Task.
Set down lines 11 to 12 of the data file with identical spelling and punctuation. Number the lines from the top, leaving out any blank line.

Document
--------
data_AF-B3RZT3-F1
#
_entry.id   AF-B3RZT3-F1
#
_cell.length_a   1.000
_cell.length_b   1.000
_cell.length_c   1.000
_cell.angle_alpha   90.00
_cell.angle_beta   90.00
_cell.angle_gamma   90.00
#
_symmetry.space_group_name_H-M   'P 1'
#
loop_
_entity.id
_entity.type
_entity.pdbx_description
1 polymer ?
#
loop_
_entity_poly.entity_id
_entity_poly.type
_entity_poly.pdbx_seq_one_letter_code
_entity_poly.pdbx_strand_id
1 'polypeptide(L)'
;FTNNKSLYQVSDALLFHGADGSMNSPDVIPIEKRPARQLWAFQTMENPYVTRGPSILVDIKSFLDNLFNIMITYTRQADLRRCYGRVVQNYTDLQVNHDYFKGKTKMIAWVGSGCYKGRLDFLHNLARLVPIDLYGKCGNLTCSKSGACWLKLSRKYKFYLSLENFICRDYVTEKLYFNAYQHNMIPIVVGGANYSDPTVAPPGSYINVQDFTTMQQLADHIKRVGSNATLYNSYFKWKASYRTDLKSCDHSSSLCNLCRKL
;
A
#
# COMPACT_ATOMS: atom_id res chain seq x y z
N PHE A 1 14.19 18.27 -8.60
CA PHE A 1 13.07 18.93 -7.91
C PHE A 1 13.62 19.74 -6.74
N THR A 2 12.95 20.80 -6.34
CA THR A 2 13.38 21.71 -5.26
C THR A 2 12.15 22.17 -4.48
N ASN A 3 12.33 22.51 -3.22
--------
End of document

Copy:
#
_symmetry.space_group_name_H-M   'P 1'